- Terrorist Content: http://ctiru.testfiltering.com
- Pornographic Content: https://www.pornhub.com/testfiltering
- Swearing Test Page: http://swearing.testfiltering.com
If you can see our test pages, then your filter must not be blocking the relevant category of content. This will enable you to diagnose the issue with your system.
How can I get a particular type of content blocked?
Most Internet Service Providers (ISPs) provide controls to turn on network-level filtering. More details about how to turn filtering on at home or on mobile devices can be found on the Internet Matters website.
For business, or education connections, the same principle applies: any internet connection can be filtered. However, the way this can be enabled varies with the type of configuration you may have in place. This guide for UK schools from the NEN provides an overview of how to apply filtering.
Why should businesses filter content for their employees?
Businesses should consider implementing filtering so that employees cannot access illegal or inappropriate content from a work device. This will, additionally, protect employees from other harmful online content or accidental exposure to harmful content that could lead to legal action.
Content filtering can be applied to devices: at network level, on premise, or cloud-based. Speak to your IT provider for support about activating, or changing, content filtering setting.
Where can I purchase device protection software?
What types of content filtering is available?
Filters work in a variety of ways, either through DNS or IP based filtering or through more invasive filtering where the content of your requests is read and filtered.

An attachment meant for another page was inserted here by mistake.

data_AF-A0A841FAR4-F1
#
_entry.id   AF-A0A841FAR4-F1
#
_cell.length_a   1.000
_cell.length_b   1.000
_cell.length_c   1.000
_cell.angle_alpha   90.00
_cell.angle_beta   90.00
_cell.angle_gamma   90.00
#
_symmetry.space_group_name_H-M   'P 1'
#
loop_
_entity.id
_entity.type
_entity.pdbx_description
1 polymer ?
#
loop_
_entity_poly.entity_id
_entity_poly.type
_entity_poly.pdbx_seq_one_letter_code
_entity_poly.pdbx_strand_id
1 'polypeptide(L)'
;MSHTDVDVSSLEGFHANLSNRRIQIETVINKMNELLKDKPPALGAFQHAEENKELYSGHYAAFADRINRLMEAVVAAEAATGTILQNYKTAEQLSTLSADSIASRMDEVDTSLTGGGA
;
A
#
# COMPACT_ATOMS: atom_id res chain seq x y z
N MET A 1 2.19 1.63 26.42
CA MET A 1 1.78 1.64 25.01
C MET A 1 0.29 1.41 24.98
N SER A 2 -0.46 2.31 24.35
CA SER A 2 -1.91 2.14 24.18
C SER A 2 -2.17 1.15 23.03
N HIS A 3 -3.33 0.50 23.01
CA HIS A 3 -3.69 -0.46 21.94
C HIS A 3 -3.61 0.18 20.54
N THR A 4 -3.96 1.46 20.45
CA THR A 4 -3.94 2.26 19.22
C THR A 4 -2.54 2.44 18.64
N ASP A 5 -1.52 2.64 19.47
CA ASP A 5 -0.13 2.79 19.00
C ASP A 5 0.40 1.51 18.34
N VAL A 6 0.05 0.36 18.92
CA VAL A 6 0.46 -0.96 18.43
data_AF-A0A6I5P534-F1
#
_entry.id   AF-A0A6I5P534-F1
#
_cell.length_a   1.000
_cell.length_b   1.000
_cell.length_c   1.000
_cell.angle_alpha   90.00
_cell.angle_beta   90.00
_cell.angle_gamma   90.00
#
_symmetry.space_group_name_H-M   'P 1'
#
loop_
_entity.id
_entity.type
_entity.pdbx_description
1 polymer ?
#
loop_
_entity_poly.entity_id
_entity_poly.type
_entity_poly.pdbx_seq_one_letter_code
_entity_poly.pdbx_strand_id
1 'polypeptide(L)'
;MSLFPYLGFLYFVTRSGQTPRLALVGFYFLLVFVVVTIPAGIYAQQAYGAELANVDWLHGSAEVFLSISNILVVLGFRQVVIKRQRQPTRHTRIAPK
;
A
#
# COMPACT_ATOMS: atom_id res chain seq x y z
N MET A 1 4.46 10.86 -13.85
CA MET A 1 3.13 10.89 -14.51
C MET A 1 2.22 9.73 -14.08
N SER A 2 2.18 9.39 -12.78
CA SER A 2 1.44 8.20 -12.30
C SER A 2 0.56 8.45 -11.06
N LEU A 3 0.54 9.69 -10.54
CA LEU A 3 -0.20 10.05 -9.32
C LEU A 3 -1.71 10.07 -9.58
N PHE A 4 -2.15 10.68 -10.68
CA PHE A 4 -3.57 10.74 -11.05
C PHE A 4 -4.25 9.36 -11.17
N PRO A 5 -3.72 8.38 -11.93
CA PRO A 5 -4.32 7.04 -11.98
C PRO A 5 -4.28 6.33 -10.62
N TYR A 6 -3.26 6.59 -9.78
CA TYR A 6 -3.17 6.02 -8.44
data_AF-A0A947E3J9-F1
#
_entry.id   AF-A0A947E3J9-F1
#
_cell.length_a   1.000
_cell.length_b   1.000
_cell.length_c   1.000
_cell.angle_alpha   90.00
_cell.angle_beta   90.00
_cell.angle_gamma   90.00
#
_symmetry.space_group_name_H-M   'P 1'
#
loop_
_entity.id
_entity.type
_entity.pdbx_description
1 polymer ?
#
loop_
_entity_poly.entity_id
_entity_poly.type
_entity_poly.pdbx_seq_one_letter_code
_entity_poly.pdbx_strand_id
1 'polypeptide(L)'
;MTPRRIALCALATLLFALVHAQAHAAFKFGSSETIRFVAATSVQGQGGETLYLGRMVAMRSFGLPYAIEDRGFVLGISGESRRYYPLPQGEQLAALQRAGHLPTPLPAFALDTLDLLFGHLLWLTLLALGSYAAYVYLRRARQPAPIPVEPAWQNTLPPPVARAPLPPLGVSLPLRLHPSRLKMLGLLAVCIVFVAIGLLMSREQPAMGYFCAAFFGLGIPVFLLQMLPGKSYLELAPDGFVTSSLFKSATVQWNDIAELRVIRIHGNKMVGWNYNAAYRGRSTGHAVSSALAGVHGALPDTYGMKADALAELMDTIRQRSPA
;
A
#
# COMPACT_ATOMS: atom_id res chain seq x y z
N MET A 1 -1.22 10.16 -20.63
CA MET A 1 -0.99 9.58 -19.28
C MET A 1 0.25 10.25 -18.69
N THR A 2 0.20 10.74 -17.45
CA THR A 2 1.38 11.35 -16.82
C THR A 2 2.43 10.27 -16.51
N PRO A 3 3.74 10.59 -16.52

Content filtering is significantly more difficult due to current and emerging encryption protocols that enable the client to verify the sender before reading content.
DNS or IP based filtering is much easier, but is easier to circumvent, and relies on pre-defined block lists. Incorrectly implemented lists is often where our service finds problems with filtering services.
How does DNS based filtering work?
When a client requests a website, a Domain Name System (DNS) service is used to translate the domain requested (e.g. www.testfiltering.com) to an IP address (e.g. 126.96.36.199). By intercepting those DNS requests and looking up the domains against a pre-defined database of blocked domains, the service can filter the requests and return a different IP for blocked domains.
This is the simplest way to setup a filtering service, but also the easiest to get around, because the client only has to change DNS provider in order to circumvent the filter.
How does IP Based Filtering work?
Packets of internet data are sent with a destination address specified as an IP address, this enables the nodes of the internet to route the packets to their destination. By reading the IP addresses before the packets are sent, they can be filtered against a pre-defined list of IP addresses.